This is personal.
A week after Makerere University was closed, I went back. I went back because I thought I was ready and for a very personal reason. To revisit my Makerere. Not the Makerere of rampaging students on strike down in Wandegeya terrorizing all in their path, or the Makerere of pajeros parked late at night in hostel parking yards with potbellied ‘benchers’ or the clubbing campus night Makerere. Not the Makerere of I Feel Like Chicken Tonight or Pastor Sempa’s Saturday night Prime Time around the swimming pool Makerere. That was never my Makerere. It never was. Well, not all the time. Like this place was!
My Makerere was a place where I used to sit in my final year on the loneliest, quietest Saturday afternoons you can imagine looking out of large windows to across the beautiful Faculty of Agriculture where there was always at least one person in the shade reading. Sometimes a couple on the balustrade, side by side, seeming to dose in the heat of the afternoon, their books spilled onto the grass under their feet. My own unread books spread out on the spacious table before me, watching them but sometimes not seeing them.
My Friday night refuge place holding in my trembling fingers tattered and fading copies of Penpoint when Ngugi wa Thiongo still signed himself as James and John Nagenda was still in awe of a few people, first sketches here, bunkered away where few ventured. In the Makerere University Main Library.
How can I explain to you what it meant to stand infront of a shelf that had one end to the other books written by one author who from the age of 15 I knew I would have to read one day? F. Scott Fitzgerald. This whole love affair beginning when idling one rainy morning by flicking through an encyclopedia I came across the photo of this stunningly good looking man in a suit that remarkably resembled my own father but for his white skin. Years and years would pass but I would never forget that half looking over his shoulder face of a man who was almost as beautiful as an angel.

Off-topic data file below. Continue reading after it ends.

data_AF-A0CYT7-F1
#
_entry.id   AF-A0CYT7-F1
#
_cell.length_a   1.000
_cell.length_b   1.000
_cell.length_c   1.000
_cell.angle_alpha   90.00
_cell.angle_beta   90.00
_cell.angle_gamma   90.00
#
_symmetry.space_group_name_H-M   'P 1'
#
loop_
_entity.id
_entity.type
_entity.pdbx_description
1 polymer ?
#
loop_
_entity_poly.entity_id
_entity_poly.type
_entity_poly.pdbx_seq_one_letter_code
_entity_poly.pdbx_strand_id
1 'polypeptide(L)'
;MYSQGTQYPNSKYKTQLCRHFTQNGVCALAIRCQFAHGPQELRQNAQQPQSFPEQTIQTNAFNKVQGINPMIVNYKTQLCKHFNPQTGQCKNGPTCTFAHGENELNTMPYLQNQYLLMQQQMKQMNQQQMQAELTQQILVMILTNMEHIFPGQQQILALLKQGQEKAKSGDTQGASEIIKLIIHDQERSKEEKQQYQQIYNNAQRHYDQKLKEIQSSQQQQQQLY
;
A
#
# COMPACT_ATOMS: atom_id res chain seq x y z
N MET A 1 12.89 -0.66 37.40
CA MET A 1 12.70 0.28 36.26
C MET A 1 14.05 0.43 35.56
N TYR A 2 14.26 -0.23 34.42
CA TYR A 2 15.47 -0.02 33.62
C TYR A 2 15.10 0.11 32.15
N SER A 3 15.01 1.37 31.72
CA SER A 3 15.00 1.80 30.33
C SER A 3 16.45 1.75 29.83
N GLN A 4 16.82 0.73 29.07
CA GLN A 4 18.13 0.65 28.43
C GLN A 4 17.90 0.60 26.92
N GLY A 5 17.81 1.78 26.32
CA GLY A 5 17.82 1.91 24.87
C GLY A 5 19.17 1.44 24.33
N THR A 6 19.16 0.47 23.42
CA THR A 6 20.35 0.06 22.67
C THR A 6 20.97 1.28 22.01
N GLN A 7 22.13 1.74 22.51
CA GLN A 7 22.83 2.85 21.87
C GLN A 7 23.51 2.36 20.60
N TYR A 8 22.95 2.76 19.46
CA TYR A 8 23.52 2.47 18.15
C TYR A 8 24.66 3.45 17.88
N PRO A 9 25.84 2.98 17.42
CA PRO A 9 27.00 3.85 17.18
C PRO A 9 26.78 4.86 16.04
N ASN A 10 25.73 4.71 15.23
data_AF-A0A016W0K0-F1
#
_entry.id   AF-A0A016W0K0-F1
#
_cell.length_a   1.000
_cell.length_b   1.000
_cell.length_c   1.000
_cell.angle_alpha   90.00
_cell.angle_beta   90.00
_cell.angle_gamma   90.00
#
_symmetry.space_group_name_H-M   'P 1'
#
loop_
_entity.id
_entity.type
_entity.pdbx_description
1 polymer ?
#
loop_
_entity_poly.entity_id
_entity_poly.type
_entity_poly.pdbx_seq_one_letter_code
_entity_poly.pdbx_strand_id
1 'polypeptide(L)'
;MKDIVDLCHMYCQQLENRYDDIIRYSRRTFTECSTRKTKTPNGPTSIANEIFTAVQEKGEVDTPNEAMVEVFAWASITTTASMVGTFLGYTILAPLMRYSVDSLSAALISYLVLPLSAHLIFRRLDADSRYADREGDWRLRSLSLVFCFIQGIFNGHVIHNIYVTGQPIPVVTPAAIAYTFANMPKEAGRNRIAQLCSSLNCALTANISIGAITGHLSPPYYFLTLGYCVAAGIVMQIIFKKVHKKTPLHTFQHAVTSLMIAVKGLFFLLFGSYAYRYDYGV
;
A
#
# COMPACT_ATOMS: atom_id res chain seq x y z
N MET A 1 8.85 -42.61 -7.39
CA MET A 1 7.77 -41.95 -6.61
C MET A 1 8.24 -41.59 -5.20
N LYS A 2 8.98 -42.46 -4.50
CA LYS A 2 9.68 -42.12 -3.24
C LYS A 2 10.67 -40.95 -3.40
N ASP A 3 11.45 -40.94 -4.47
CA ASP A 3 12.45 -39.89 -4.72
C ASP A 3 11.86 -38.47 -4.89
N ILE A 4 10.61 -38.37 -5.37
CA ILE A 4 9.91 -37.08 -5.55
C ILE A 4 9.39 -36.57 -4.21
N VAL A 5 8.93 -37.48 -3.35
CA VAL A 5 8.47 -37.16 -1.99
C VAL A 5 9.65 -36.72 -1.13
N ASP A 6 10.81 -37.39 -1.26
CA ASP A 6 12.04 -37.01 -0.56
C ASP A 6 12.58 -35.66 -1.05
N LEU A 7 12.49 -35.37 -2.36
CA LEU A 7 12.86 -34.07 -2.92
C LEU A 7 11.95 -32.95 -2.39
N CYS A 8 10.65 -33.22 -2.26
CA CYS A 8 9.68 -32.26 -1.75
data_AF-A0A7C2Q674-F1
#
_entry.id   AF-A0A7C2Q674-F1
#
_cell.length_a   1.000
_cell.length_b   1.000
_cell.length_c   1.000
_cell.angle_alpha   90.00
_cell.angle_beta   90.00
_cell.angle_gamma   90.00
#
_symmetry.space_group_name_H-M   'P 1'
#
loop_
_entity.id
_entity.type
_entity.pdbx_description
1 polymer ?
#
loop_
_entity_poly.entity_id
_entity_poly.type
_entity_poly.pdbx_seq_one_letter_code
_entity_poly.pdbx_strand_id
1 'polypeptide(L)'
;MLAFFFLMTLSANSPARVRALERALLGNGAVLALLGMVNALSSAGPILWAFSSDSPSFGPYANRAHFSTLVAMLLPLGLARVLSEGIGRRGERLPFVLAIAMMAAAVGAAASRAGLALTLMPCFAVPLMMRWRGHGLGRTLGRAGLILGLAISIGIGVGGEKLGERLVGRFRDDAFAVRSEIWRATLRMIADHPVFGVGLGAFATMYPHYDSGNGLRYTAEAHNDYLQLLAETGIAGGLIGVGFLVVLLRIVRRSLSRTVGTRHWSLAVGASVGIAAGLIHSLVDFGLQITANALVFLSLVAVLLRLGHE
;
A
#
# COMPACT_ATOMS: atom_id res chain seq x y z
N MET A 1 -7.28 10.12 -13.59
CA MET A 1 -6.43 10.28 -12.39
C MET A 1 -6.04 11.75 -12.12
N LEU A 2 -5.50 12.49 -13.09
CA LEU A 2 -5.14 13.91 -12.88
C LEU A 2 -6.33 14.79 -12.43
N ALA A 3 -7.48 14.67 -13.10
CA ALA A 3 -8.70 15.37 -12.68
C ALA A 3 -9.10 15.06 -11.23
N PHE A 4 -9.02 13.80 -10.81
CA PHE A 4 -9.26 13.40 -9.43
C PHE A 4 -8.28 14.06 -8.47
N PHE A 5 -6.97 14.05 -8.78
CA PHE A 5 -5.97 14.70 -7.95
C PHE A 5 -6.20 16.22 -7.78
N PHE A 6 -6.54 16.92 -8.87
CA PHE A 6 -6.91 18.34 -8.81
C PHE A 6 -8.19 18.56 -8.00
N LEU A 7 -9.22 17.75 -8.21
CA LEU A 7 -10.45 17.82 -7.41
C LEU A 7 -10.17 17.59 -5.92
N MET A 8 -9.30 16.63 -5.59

When I least expected it, browsing through the Makerere University library on a morning when the lecturer has not turned up and I did not have anywhere else to be: here he was! All of him! From his first juvenile efforts through his first published novel This Side of Paradise to the broken column grandeur of his last, The Last Tycoon. I did not go back for any lectures the rest of that day!
I needed to sit down because it was too much to take in when I looked further down the shelf and discovered that Fitzgerald was not the only present from Makerere generations past waiting for me here. Ernest Hemingway was here too! Ernest Hemingway, one of the most famous authors to ever pass through Uganda, a hero to many, and a writing model inescapable! Hemingway!
Hemingway whose A Farewell to Arms I had saved and saved and not eaten many lunches to be able to buy a brand new copy from Aristoc Booklex when I did not even have taxi fare. Saving every sort of currency that came into my fingers from 50 shillings upwards to 500 shillings when that amount seemed able to buy you the whole world and still leave you some change to pay your ticket to heaven. Hemingway! The day I bought my treasured copy of A Farewell to Arms is the day we had our senior six leavers’ party in our school main hall, a party I missed reading Hemingway leaning on the garage door of my father’s house. Hemingway was here too!
The near shout inducing discoveries would not stop here. There would be the Romans from Horace to Julius Caesar himself, glorious even in their Catullus depravity and punning, the Chinese, the Japanese with self emboweling masters like Yukio Mishima, good Czechoslovakians like Jaroslav Hasek everyone should hear of, a strange New Zealander called Katherine Mansfield I had never heard of. And then there were the Russians. My God the Russians! The Russians!
People who knew me then used to wonder, “How come you’re not dating anyone on campus?” I was. I was dating the Makerere University library! So I went back a week after Makerere University was closed. My Makerere had survived! My Makerere had survived.